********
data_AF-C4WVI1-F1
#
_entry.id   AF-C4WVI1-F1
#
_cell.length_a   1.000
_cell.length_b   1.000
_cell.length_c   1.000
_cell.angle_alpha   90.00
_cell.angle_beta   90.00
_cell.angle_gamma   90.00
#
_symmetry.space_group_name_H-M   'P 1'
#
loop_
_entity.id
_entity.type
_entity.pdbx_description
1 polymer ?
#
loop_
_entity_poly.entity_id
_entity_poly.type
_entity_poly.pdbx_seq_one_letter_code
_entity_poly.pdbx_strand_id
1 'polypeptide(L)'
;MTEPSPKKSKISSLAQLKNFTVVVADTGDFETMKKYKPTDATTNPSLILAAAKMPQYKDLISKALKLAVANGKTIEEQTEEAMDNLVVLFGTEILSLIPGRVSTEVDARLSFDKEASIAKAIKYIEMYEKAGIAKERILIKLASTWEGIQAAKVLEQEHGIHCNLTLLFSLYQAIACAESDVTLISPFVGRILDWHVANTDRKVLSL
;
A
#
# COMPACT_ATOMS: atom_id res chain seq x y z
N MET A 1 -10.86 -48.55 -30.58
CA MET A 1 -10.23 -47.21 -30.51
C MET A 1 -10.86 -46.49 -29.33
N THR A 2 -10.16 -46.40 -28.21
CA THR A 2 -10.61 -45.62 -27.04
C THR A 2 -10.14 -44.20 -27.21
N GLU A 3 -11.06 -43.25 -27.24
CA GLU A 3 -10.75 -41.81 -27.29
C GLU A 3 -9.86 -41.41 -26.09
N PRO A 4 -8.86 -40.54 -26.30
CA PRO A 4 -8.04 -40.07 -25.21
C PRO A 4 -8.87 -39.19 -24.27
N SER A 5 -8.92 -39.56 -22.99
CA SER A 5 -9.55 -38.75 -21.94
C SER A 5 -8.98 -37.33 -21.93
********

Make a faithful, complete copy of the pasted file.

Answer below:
data_AF-C4WVI1-F1
#
_entry.id   AF-C4WVI1-F1
#
_cell.length_a   1.000
_cell.length_b   1.000
_cell.length_c   1.000
_cell.angle_alpha   90.00
_cell.angle_beta   90.00
_cell.angle_gamma   90.00
#
_symmetry.space_group_name_H-M   'P 1'
#
loop_
_entity.id
_entity.type
_entity.pdbx_description
1 polymer ?
#
loop_
_entity_poly.entity_id
_entity_poly.type
_entity_poly.pdbx_seq_one_letter_code
_entity_poly.pdbx_strand_id
1 'polypeptide(L)'
;MTEPSPKKSKISSLAQLKNFTVVVADTGDFETMKKYKPTDATTNPSLILAAAKMPQYKDLISKALKLAVANGKTIEEQTEEAMDNLVVLFGTEILSLIPGRVSTEVDARLSFDKEASIAKAIKYIEMYEKAGIAKERILIKLASTWEGIQAAKVLEQEHGIHCNLTLLFSLYQAIACAESDVTLISPFVGRILDWHVANTDRKVLSL
;
A
#
# COMPACT_ATOMS: atom_id res chain seq x y z
N MET A 1 -10.86 -48.55 -30.58
CA MET A 1 -10.23 -47.21 -30.51
C MET A 1 -10.86 -46.49 -29.33
N THR A 2 -10.16 -46.40 -28.21
CA THR A 2 -10.61 -45.62 -27.04
C THR A 2 -10.14 -44.20 -27.21
N GLU A 3 -11.06 -43.25 -27.24
CA GLU A 3 -10.75 -41.81 -27.29
C GLU A 3 -9.86 -41.41 -26.09
N PRO A 4 -8.86 -40.54 -26.30
CA PRO A 4 -8.04 -40.07 -25.21
C PRO A 4 -8.87 -39.19 -24.27
N SER A 5 -8.92 -39.56 -22.99
CA SER A 5 -9.55 -38.75 -21.94
C SER A 5 -8.98 -37.33 -21.93